Religion and politics may be off limits for sensible cocktail party conversation, but it makes great fodder for satire. While Thee Trinity, a new play that takes on religion, politics and science opening August 27 at the Royal George Gallery Space is sure to ruffle some feathers, it should also arouse roaring laughter and provoke thought.
Written by Chicagoan Rick Roberts and produced by Polemic Theater Company, Thee Trinity focuses on a imaginary Millennial family reunion of the “Father, Son and Holy Spirit” presiding over humanity’s post-apocalyptic fate, while taking on Islam, Christianity, Judaism and other religions and the intolerance inherent in much of their dogma. The play portrays The Holy Trinity, Archangel Michael and an apparently gay Archangel Gabriel as a dysfunctional family. Human souls — specifically Osama Bin Laden, Albert Einstein, and Oscar Wilde join them, along with the Devil (in female form) to take on questions that make for an often uncomfortable and hilarious conversation.
Thee Trinity is satire, an art form that is often misunderstood. Two recent satires — the musical The Book of Mormon and the film Chiraq both generated controversy — often from critics even before they saw the productions.
In the case of Mormon, it was for its characterization of The Church of Jesus Christ of Latter-day Saints, commonly known as the Mormon religion. Chiraq received most of the critics ire for it’s name, which equated the violence in Chicago to that of Iraq.
On the flip side, Chiraq received many positive reviews from movie and social critics and The Book of Mormon continues it’s run five years after its opening as one of the most successful musicals in American history.
While The Book of Mormon took on a religious topic, it was focused on solely one religion. In Thee Trinity, Roberts mocks what he sees as hypocrisy in several religions and political topics, each getting equally taken to task.
Roberts, a Chicago native, is an American Theater Company “American Dream Award” winner. Outside the theater, he was worked on social issues most of his professional life, working as both a director and board member of a social service agency and a filmmaker developing documentaries focused on the problems of hunger in America, homelessness and other socio-economic issues –including interfaith issues. His former play, The Benchmark, focused on the personal story of his father, who became both homeless and an alcoholic.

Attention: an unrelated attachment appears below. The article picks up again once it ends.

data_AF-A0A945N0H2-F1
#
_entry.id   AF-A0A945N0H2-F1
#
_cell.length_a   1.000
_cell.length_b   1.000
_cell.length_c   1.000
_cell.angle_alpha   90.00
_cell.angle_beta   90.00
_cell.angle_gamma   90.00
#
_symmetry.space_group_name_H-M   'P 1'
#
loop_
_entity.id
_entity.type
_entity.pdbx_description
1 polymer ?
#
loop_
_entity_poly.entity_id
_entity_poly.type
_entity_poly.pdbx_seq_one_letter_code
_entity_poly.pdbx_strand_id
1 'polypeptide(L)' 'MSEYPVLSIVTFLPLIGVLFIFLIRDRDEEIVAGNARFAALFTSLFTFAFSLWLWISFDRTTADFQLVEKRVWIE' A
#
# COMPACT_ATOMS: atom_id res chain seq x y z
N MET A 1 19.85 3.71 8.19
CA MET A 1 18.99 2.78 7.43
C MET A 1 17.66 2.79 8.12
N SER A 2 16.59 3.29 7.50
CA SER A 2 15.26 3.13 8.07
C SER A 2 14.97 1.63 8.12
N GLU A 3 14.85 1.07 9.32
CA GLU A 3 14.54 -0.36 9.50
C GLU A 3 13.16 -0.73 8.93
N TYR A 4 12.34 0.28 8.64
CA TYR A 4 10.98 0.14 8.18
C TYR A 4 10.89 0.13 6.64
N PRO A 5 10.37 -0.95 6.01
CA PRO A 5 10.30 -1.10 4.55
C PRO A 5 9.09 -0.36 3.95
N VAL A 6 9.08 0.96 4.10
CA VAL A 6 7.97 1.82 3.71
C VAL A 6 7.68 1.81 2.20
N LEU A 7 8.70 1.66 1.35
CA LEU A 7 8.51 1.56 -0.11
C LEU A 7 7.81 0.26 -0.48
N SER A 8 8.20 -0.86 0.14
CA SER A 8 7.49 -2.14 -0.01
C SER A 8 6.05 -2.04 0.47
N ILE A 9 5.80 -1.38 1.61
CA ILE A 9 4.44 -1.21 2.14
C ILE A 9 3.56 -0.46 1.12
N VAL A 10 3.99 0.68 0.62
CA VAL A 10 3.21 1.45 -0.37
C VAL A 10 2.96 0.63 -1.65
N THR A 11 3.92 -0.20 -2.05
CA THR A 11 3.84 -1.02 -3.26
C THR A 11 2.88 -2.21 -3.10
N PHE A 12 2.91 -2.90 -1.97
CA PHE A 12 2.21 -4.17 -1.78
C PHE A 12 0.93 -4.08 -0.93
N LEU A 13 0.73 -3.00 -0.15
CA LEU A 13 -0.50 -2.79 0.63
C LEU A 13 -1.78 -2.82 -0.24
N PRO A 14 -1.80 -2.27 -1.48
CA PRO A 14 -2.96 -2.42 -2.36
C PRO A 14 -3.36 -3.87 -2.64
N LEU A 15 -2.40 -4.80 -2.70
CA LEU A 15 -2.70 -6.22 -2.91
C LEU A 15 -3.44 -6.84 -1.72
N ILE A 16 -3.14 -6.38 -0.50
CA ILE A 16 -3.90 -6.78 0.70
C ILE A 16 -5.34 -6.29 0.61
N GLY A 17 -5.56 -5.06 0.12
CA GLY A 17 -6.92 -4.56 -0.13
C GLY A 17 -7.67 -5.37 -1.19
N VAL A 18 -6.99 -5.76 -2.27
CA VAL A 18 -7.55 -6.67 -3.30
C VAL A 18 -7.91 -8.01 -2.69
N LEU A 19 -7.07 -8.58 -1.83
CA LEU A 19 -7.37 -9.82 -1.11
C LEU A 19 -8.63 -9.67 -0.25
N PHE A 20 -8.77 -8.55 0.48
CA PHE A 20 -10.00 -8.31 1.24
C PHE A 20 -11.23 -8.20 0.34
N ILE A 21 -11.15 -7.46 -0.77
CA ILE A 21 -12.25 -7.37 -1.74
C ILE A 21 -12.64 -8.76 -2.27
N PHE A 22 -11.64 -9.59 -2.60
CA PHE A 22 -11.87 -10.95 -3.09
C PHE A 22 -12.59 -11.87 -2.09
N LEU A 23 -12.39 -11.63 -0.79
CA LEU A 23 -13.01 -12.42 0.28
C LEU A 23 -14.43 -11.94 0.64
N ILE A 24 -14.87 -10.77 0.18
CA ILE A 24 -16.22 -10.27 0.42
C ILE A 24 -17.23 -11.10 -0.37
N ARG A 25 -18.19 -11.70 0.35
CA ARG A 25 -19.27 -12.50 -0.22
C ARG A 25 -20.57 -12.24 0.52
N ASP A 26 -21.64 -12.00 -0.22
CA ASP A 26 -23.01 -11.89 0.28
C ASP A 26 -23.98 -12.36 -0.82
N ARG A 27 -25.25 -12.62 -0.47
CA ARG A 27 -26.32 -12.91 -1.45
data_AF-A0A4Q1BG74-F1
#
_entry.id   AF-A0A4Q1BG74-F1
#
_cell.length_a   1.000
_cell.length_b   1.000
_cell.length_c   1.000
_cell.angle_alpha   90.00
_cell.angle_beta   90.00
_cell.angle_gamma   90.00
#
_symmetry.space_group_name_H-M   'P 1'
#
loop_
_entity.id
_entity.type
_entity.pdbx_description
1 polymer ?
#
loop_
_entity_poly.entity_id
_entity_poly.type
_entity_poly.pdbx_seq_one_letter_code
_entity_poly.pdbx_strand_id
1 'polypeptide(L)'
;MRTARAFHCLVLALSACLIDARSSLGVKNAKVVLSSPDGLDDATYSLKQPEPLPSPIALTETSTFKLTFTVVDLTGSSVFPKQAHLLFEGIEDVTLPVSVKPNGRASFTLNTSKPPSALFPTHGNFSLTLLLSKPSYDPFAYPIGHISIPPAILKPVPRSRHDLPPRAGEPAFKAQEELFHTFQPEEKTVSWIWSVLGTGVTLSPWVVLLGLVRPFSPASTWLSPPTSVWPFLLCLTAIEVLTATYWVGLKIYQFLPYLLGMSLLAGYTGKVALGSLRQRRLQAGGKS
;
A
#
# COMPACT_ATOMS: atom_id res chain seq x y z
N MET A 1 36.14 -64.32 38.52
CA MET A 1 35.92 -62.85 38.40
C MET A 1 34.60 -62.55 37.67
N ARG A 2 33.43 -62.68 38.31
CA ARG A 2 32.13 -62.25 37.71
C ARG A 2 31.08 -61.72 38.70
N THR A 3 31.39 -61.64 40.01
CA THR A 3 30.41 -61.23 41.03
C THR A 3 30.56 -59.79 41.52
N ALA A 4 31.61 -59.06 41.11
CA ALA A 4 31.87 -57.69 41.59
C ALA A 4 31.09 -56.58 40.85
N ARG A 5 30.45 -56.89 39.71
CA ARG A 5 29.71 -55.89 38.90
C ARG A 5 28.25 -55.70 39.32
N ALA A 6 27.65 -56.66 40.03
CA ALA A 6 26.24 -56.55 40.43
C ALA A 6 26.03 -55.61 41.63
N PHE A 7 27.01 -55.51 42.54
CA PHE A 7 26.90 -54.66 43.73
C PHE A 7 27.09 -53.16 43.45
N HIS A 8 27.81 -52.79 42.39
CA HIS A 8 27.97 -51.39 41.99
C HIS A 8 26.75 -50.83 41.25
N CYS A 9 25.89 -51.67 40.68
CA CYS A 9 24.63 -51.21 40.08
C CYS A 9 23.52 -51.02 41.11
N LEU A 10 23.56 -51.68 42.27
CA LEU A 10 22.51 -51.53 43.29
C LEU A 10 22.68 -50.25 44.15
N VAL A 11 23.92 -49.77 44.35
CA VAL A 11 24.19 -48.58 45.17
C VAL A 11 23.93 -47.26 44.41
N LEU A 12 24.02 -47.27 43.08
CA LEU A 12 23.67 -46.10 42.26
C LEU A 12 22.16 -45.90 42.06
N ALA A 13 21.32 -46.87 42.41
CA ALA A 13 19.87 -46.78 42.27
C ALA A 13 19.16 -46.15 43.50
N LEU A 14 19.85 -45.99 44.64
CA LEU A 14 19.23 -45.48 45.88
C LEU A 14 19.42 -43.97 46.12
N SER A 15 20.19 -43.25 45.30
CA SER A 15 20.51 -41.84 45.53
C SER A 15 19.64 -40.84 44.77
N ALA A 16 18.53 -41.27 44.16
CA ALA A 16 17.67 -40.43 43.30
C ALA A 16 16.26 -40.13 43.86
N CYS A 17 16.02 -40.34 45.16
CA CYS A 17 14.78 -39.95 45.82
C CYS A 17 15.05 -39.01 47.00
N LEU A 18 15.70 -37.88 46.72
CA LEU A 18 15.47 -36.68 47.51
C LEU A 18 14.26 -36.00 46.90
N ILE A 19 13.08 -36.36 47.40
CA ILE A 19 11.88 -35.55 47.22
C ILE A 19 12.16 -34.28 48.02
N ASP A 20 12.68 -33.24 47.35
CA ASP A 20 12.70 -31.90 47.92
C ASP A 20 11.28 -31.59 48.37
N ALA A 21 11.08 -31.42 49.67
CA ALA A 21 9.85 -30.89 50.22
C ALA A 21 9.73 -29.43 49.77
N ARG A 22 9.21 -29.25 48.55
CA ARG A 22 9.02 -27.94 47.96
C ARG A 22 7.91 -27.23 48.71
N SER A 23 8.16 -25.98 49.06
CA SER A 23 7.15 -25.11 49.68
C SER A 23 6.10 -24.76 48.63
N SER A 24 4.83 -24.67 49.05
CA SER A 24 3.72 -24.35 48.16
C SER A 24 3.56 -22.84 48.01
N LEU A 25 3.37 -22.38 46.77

The Chicago Ambassador’s Bob Chiarito interviewed Roberts after receiving an advance script of Thee Trinity in the days before the play’s opening.
CA) I read the script of Thee Trinity. It’s really laugh out loud funny. I hope it translates as well when the actors give life to it.
ROBERTS) We have an incredible cast. I’m not just saying this because they are doing this play. If they weren’t good, I’d be really concerned.
CA) You basically touch on every issue that one can think of, especially the current ones in the news. It may be too politically incorrect for some. Do you anticipate any controversy?
ROBERTS) Yes. I think it’s inevitable. It’s not something that we have necessarily courted, but we expect it. Not unlike when The Book of Mormon came out, a lot of people walked out. When we did the staged workshop up in Waukegan, several people walked out. So, we expect that some people won’t get the humor but it’s a satire. Some may think we are dissing the church or religion. I identify as a Christian. I am not dissing the church. I am dissing the way people manipulate religion.
CA) I think that was pretty obvious upon reading it. Whether or not the audience agrees, that’s up to them.
ROBERTS) We think there may be some folks, and not necessarily just Catholics or Protestants, who are upset. I’m talking about Muslims or other faiths that simply don’t like the idea of things being pointed out. I think there’s a potential controversy that we sort of make fun of the fact that Mohammad doesn’t want his face shown. I’m not mocking Islam. I’m mocking the silliness of the expression any body has over a narrow perspective within their religion.
CA) I think you take all the various religions to task. You don’t single out any for any special punishment.
ROBERTS) [Laughs]. Well, thank you. That’s what I tried to do.
CA) You also took a pretty good jab at the Chicago Bears.
ROBERTS) You know, when I first wrote it a couple years ago, I wrote a very rough copy and I put in the Cubs. But now that they are a very strong team, I had to switch it to the Bears, even though I’m a very big Bear fan and I hope I’m wrong.
CA) I think you’ll be ok. [Laughter]. When did you come up with the concept for this play?
ROBERTS) I pay my bills because otherwise playwrights starve, so I have a production company where I do documentaries on social issues. I do a little bit of consulting on those issues as well and one of them is interfaith. I work occasionally for an organization called Sacred Space International and have done several videos for them. It grew out of my experience over the years working with people who I knew who represented different faiths, most of whom are pretty progressive. Plus, I come from a diverse family. I have Catholics and Protestants in my family as well as a Jewish uncle who is sort of a surrogate father to me, so all those things came home to roost.